• TCP/IP is the de facto standard
OSI - The Model
• A layer model
• Each layer performs a subset of the required
communication functions
• Each layer relies on the next lower layer to
perform more primitive functions
• Each layer provides services to the next higher
layer
• Changes in one layer should not require
changes in other layers
Figure 2.6
OSI Layers
Figure 2.7
The OSI Environment
Figure 2.8 OSI as Framework
for Standardization
Figure 2.9
Layer Specific Standards
Elements of Standardization
• Protocol specification
—Operates between the same layer on two systems
—May involve different operating system
—Protocol specification must be precise
• Format of data units
• Semantics of all fields
• allowable sequence of PDUs
• Service definition
—Functional description of what is provided
• Addressing
—Referenced by SAPs
Service Primitives and
Parameters
• Services between adjacent layers expressed in
terms of primitives and parameters
• Primitives specify function to be performed
• Parameters pass data and control info
Primitive Types
REQUEST
A primitive issued by a service user to invoke some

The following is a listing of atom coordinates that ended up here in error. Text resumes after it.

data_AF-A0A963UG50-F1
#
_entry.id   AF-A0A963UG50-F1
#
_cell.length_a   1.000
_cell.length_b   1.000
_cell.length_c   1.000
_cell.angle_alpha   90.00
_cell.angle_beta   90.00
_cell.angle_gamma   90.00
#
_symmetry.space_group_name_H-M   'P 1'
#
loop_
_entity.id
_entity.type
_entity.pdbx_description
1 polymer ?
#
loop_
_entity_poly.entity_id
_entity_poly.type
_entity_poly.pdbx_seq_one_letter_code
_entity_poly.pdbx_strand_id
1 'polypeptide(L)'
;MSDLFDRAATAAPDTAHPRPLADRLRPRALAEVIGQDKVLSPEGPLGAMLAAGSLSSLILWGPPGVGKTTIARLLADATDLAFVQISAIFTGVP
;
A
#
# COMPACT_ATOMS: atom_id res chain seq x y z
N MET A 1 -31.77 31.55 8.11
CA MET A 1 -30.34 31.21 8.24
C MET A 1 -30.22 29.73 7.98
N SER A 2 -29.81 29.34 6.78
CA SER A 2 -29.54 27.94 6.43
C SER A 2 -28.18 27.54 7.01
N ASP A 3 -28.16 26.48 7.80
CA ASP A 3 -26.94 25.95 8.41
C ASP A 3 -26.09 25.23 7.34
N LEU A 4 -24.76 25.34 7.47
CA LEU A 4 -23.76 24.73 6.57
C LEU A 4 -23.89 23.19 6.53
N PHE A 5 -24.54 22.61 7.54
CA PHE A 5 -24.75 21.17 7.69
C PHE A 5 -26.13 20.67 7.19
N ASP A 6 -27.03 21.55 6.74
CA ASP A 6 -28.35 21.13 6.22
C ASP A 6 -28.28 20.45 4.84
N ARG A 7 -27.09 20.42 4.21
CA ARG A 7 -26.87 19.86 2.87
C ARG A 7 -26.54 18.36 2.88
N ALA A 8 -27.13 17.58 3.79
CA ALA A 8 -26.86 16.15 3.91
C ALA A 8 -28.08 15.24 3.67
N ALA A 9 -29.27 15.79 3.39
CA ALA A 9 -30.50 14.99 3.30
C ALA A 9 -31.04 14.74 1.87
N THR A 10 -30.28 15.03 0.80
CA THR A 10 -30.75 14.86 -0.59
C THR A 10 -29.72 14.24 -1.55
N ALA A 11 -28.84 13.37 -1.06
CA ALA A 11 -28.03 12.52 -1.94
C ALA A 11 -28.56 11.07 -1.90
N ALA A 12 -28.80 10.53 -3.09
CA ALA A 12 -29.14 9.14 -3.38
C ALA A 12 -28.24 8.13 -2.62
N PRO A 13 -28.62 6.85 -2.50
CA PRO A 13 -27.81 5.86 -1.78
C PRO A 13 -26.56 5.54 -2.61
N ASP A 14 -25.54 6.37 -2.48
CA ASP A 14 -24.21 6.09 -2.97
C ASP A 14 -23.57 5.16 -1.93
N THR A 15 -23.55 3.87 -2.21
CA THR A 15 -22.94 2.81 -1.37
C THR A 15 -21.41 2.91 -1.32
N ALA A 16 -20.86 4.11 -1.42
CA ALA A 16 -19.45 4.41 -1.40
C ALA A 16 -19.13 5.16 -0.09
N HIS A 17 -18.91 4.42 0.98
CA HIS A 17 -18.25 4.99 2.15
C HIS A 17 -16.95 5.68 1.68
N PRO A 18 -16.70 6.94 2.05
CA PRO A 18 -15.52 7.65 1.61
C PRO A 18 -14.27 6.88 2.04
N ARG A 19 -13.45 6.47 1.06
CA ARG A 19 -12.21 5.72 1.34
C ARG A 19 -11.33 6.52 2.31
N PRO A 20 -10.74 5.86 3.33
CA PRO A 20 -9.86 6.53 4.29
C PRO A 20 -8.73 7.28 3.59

service and to pass the parameters needed to
specify fully the requested service
INDICATION
A primitive issued by a service provider either to:
indicate that a procedure has been invoked by the
peer service user on the connection and to provide
the associated parameters, or
notify the service user of a provider-initiated action
RESPONSE
A primitive issued by a service user to acknowledge
or complete some procedure previously invoked by
an indication to that user
CONFIRM
A primitive issued by a service provider to
acknowledge or complete some procedure
previously invoked by a request by the service user
Layer N
Response
Indication
Confirm
Request
Service Primitive Types
Layer N
Figure 2.10 Timing Sequence
for Service Primitives
2.4 TCP/IP Protocol Architecture
• Developed by the US Defense Advanced
Research Project Agency (DARPA) for its packet
switched network (ARPANET)
• Used by the global Internet
• No official model but a working one.
Application layer
Transport layer
Internet layer
Network access layer
Physical layer
(host-to-host)
Physical Layer
• Physical interface between data transmission
device (e.g. computer) and transmission
medium or network
• Characteristics of transmission medium
• Signal levels
• Data rates
• etc.
Network Access Layer
• Exchange of data between end system and
network